Yelm councilor Molly Carmody
Photo credit: City of Yelm
– Editor’s note:
Councilor Carmody’s key points are bold highlighted at the beginning of each paragraph below.
I acknowledge her continued tough stands in support of the public she took an oath to serve!
– From Councilor Molly Carmody about Yelm’s public camping prohibition ordinance:
“Boise [Idaho] just got sued and lost in Federal Court for making camping on public streets illegal. Other cities across the West have faced and lost similar lawsuits. Prosecuting camping (issuing misdemeanor citations) falls under the ‘cruel and unusual punishment’ clause of the 8th Amendment, and essentially criminalizes homelessness.
Click here for the actual published opinion.
“Yelm will face a lawsuit over this, mark my words. I tried to get this delayed, but Council ran roughshod over its own procedures and rammed this ordinance home without any public comment or transparency. We’ll be sued for both violating the [U. S.] Constitution and violating our own procedure [city of Yelm]. The proposed ordinance obviously wasn’t vetted by an attorney for potential pitfalls – any lawyer worth his salt would have researched similar cases across the West, and would have come to the conclusion that this is a dangerous position for Yelm to take.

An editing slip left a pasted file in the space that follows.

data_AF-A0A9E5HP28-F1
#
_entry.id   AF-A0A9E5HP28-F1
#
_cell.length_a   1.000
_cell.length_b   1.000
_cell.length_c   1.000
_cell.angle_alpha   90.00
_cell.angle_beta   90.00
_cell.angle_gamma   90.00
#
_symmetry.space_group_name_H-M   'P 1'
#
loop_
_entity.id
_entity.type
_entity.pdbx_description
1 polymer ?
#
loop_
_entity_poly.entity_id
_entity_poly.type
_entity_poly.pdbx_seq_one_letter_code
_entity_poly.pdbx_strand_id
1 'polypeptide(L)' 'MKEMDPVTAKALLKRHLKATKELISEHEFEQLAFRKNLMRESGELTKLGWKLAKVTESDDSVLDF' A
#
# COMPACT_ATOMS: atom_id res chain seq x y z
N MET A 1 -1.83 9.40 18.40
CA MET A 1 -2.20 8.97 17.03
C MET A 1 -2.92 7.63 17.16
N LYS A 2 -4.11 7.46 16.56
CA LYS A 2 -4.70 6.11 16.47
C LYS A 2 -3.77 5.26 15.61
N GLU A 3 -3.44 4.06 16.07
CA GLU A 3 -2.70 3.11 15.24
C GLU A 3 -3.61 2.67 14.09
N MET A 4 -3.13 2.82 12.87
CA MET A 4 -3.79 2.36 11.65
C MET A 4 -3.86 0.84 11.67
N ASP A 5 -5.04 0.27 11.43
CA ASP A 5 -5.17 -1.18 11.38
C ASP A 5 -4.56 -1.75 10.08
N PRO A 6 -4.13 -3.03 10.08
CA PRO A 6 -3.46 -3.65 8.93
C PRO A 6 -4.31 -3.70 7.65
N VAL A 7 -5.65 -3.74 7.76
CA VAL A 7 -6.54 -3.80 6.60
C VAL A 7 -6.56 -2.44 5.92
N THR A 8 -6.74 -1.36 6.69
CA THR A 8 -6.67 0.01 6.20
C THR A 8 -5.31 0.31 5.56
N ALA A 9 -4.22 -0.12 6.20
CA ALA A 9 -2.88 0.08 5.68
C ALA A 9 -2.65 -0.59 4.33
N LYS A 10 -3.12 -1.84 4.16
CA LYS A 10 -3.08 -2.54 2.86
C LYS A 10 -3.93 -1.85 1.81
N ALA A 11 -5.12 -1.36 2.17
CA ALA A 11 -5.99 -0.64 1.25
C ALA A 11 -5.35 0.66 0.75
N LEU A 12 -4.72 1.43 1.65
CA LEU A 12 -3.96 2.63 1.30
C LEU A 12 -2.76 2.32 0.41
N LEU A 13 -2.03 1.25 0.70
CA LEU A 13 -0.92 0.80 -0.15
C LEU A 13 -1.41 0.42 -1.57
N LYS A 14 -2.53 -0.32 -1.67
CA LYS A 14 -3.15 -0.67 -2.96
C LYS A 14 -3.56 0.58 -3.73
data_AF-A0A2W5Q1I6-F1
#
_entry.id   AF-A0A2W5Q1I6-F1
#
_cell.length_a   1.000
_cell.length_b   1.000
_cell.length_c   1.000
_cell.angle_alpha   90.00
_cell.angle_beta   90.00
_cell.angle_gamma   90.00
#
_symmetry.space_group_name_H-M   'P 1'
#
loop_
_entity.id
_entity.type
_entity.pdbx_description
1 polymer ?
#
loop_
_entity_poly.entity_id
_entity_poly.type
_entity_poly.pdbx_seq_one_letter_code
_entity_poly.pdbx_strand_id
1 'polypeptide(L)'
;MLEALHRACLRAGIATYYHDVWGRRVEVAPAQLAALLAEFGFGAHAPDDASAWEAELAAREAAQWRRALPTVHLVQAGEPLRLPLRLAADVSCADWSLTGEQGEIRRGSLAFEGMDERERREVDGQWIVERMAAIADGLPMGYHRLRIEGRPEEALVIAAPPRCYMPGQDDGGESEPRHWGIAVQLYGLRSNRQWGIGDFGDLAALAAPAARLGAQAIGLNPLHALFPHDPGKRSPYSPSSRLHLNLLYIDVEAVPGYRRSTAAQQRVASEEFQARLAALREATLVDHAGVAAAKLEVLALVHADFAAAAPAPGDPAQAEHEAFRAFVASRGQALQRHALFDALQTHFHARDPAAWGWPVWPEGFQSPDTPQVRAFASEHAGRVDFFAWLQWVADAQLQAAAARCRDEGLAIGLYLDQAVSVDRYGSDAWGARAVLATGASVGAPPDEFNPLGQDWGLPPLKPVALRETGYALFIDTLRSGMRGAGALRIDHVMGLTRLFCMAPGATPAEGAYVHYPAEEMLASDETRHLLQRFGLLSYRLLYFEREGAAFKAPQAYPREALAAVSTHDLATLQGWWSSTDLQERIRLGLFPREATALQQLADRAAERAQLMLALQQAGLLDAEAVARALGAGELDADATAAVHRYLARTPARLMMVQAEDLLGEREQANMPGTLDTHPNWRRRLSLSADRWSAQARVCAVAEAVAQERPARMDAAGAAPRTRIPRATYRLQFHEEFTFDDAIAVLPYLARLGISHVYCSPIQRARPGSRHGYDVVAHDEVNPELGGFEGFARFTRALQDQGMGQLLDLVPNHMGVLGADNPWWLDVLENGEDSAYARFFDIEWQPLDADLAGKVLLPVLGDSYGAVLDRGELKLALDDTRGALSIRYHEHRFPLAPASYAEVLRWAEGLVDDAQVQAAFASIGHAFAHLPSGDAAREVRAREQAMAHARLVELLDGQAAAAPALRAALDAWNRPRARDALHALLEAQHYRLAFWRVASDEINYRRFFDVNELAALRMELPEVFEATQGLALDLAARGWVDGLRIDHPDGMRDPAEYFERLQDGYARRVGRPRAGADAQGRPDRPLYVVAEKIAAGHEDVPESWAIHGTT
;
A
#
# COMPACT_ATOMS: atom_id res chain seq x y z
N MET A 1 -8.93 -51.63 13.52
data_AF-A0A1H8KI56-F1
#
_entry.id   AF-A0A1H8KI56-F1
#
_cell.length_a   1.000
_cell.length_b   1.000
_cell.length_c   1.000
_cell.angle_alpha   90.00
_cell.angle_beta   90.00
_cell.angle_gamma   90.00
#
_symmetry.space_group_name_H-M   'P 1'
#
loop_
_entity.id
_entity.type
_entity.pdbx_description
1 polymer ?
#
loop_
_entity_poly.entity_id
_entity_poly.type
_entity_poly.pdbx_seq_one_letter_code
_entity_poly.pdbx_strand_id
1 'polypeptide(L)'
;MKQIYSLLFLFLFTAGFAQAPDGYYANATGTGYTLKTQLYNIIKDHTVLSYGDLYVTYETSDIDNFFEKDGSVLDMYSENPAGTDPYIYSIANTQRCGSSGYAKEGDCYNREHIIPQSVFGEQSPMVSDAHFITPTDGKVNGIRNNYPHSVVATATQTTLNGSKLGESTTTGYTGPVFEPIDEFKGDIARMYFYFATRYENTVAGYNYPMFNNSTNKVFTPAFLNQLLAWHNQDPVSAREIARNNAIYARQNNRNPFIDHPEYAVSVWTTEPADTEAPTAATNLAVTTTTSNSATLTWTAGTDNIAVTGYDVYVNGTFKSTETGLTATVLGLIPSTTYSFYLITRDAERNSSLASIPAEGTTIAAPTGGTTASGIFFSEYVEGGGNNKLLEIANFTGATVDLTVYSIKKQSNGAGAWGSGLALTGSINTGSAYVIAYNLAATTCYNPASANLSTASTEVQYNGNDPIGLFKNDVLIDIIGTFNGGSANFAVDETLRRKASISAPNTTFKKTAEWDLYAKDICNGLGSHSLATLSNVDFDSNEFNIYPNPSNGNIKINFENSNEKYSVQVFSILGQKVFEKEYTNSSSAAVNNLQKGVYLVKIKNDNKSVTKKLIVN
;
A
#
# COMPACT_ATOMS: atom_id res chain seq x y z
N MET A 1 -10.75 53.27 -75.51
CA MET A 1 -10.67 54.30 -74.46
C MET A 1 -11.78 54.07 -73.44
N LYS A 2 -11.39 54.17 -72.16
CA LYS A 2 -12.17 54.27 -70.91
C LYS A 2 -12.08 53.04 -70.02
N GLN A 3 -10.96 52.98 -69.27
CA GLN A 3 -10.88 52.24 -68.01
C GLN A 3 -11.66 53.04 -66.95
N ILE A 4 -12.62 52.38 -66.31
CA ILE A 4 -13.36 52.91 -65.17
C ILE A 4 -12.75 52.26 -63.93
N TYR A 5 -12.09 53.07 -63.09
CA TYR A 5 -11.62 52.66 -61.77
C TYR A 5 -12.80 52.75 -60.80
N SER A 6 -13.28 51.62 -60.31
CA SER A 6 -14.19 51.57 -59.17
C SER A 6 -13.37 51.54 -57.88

“Does Yelm really have deep enough coffers to keep paying for lawyers in lawsuit after lawsuit, and losing? Shame on the Executive Branch [city hall] for not fully vetting this proposal, and shame on Council [legislative branch] for ignoring its own new, highly publicized process that was specifically designed to eliminate the quickie, hush-hush, backdoor process that was the norm during the [former Mayor Ron] Harding Era.
“Councilmembers Colt and DePinto voted with me to postpone this vote, at least to a second reading; we would have had time to research case law. If it had been processed properly, the action on the camping ordinance wouldn’t have occurred until the upcoming meeting on 9/11, which would have given the City (sic) time to read Martin v Boise, published on 9/4, and decide whether it wanted to move forward anyway.
“Council has three options moving forward: it can let the camping law stand, and take its chances on being sued; one of the ‘Yes’ (prevailing) votes can move to reconsider the camping ordinance; or either ‘yes’ or ‘no’ votes can move to rescind.”
Yelm City Council
– “Court: Cities can’t prosecute people for sleeping on streets”
“Cities can’t prosecute people for sleeping on the streets if they have nowhere else to go because it amounts to cruel and unusual punishment, which is unconstitutional, a federal appeals court said Tuesday [Sept. 4, 2018].”
“The biggest issue was that the city’s rule violated the U.S. Constitution’s Eighth Amendment against cruel and unusual punishment, the court found. The amendment limits what the government can criminalize, it said.”
“A state judge rejected a similar anti-camping law in Everett, Washington.
“Sara Rankin, a professor at the Seattle University School of Law and director of its Homeless Rights Advocacy Project, said the ruling will serve as a wake-up call to local governments, forcing them to invest in adequate supportive housing for the chronically homeless,” by Rebecca Boone, AP.
Click here to read the full story from Boise, Idaho.